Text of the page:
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- The Measures Every Contact Center (Call Center) Should Have – The Brad Cleveland Files « Serve4Impact on The Measures Every Contact Center (Call Center) Should Have
- The Measures Every Contact Center (Call Center) Should Have – The Brad Cleveland Files | Designing designed customer service | Scoop.it on The Measures Every Contact Center (Call Center) Should Have
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- Today’s Contact Center – The Internal Engine that Engages Social Communities
- Shaping Your Mobile Customer Service Strategy
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- Customer Surveys Are Going Mobile
- The Problem with Daily Averages (and the Solution)
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Brad at Work
As mobile and social open up new channels and new types of contacts, it’s critical to forecast and staff for evolving workloads. Mobile and social impact staffing resources, and different types of interactions each require a specific approach to resource planning. The five most common examples include:
• Real-time, with single response. In this example, the organization handles interactions as they occur (e.g., text or phone conversations initiated by customers), with one response generally being sufficient. These are service-level-type interactions (meaning they need to be staffed so they can be handled as they occur), so the staffing approach is like that for traditional inbound calls.
• Real-time, with multiple exchanges. In this case, the organization strives to handle interactions when they are initiated, and the dialog involves multiple back-and-forth messages. These are service-level-type contacts with staffing considerations like those of chat. (Here’s an article that goes into more detail.)
• Interactions that can be deferred. This approach involves addressing inquires or issues that do not require an immediate response. In this scenario, staffing is response-time oriented, like that for email or outbound contacts that are scheduled. Think of Lucy in the chocolate factory and adjust staffing accordingly.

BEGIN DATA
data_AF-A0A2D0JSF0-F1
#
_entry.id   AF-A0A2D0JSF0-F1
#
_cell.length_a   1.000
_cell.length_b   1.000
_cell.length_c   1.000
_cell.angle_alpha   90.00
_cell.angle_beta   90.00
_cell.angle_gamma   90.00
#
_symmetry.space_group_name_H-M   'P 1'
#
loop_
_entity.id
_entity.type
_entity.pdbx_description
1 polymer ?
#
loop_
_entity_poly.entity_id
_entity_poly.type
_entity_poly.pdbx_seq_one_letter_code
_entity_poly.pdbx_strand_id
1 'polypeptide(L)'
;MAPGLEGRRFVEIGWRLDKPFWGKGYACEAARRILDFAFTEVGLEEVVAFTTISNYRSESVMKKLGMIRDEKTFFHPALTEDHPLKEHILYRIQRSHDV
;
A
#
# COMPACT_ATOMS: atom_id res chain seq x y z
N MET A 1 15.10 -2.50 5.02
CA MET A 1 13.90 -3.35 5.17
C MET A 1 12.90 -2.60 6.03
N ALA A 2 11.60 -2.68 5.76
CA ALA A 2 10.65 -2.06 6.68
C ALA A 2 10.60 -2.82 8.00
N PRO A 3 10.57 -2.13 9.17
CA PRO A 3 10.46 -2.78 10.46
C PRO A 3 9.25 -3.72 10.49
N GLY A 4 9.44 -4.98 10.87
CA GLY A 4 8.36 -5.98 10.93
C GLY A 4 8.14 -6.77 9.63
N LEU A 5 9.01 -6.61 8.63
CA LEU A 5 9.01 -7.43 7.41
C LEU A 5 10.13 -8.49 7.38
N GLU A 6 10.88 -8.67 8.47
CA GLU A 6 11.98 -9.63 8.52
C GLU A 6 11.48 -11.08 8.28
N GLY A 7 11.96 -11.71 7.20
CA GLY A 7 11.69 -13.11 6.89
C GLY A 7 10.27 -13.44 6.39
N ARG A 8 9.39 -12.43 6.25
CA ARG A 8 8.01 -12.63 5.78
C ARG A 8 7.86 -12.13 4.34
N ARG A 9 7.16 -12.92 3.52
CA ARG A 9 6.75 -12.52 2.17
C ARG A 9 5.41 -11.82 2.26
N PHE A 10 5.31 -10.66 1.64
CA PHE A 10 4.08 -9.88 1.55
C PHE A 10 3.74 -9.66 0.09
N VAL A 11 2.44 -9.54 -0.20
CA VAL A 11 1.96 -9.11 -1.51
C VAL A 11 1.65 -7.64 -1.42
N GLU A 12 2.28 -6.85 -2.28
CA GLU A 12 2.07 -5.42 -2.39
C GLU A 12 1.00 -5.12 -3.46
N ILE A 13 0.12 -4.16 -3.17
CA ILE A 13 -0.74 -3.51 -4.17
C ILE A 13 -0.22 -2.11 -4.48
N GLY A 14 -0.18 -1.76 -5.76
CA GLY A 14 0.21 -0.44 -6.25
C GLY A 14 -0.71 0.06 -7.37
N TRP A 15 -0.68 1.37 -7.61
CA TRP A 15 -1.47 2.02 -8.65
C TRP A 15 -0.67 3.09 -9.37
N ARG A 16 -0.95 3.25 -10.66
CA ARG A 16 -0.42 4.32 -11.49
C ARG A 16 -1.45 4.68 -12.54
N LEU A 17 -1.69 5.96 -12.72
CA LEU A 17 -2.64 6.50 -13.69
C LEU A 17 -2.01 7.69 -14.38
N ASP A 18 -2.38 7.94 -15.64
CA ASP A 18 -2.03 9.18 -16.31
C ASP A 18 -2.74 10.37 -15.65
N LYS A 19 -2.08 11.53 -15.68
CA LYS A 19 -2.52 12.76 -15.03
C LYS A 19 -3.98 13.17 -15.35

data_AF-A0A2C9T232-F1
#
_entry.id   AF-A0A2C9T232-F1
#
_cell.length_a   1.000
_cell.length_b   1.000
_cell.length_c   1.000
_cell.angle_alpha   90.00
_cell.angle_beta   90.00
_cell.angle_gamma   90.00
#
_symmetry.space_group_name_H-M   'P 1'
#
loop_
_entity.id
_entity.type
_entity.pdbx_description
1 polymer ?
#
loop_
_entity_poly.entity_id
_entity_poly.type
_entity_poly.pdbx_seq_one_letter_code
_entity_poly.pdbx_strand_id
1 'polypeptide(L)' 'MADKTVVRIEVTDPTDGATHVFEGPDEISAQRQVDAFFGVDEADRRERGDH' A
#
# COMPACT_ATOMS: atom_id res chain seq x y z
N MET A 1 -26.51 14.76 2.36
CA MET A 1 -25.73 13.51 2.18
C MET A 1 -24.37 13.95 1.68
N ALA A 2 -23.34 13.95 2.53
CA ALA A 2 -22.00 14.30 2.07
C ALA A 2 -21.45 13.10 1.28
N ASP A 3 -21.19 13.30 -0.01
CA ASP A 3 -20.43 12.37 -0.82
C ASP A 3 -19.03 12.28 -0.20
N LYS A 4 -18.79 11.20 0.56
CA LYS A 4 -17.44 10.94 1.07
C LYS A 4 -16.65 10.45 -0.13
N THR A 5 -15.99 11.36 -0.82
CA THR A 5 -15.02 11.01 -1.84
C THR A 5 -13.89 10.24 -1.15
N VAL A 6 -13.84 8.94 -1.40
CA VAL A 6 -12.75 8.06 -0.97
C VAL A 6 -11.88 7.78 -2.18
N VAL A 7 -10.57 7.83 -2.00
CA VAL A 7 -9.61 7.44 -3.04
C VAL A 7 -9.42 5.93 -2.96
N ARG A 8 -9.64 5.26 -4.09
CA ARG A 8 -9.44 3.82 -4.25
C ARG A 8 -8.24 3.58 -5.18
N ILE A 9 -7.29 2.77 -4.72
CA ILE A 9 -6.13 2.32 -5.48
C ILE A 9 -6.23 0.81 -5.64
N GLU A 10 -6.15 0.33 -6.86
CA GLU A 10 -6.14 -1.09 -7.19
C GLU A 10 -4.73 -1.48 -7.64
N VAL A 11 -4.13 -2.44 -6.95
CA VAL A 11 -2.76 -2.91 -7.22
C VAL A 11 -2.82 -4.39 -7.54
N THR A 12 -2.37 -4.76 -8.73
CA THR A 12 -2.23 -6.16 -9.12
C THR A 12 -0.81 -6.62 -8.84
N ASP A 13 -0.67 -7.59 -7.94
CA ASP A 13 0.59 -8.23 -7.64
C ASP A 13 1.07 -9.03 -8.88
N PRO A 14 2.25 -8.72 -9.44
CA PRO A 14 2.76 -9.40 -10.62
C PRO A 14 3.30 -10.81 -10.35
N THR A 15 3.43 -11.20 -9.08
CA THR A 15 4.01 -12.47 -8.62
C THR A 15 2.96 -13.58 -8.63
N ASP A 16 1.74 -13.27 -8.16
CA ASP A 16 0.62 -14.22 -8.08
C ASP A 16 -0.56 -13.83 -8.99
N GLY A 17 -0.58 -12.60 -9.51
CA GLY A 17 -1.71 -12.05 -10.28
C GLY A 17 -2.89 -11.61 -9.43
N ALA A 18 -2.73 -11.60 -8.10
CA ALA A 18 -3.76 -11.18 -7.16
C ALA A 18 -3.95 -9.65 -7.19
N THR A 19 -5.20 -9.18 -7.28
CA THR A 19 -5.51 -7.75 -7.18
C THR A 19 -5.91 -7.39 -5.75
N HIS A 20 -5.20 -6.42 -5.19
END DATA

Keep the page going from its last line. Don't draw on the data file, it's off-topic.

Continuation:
• Outbound. Here, the organization contacts the customer—in a mobile setting, often proactive through text or a call. Like traditional outbound calls, these interactions are easier to manage and incorporate than customer-initiated contacts, but must be staffed and managed nonetheless.
• Self-service. The requirement here is to be cognizant of how existing as well as emerging channels and interactions will be impacted. You’ll get fewer of some types of contacts, more of others. Perhaps most importantly, the content and complexity of interactions will evolve as mobile services mature.
Mobile is developing at lightning speed—literally by the day. It represents a serious threat to organizations that don’t evolve their services, but is a significant opportunity for those who shape strategies that meet or redefine customer expectations.
Here’s a guide to getting started right.
As you role out the new channels made possible through mobile and social ecosystems, it’s important to uphold a strategy of quality management across all channels. The well-worn practices of monitoring, coaching and quality improvement for traditional channels should also be an inherent part of managing emerging mobile interactions.
I’ve found that the majority of quality criteria apply across channels—you don’t have to reinvent the wheel. Objectives such as identifying customer needs, delivering the right information and service, and accurately capturing needed and useful information are uniformly important. And remember in building your quality approach that the most powerful potential is in capturing information that enables you to improve your products, services and processes beyond delivering customer service. New ways of interacting with customers offer powerful additional opportunities for sharing strategic (cross-functional) intelligence.
“Consumers have already decided for us: If you want to connect with them, mobile is the way.” That’s how Forrester analyst Roxana Strohmenger puts it, and I agree. As mobile soars, mobile-based surveys are taking flight, optimized for preferred channels, smartphone (small) screens, and succinct question sets. Mobile is also opening up opportunities for feedback that goes beyond text and ratings—e.g., through photos or videos. For more, see this article in Fortune.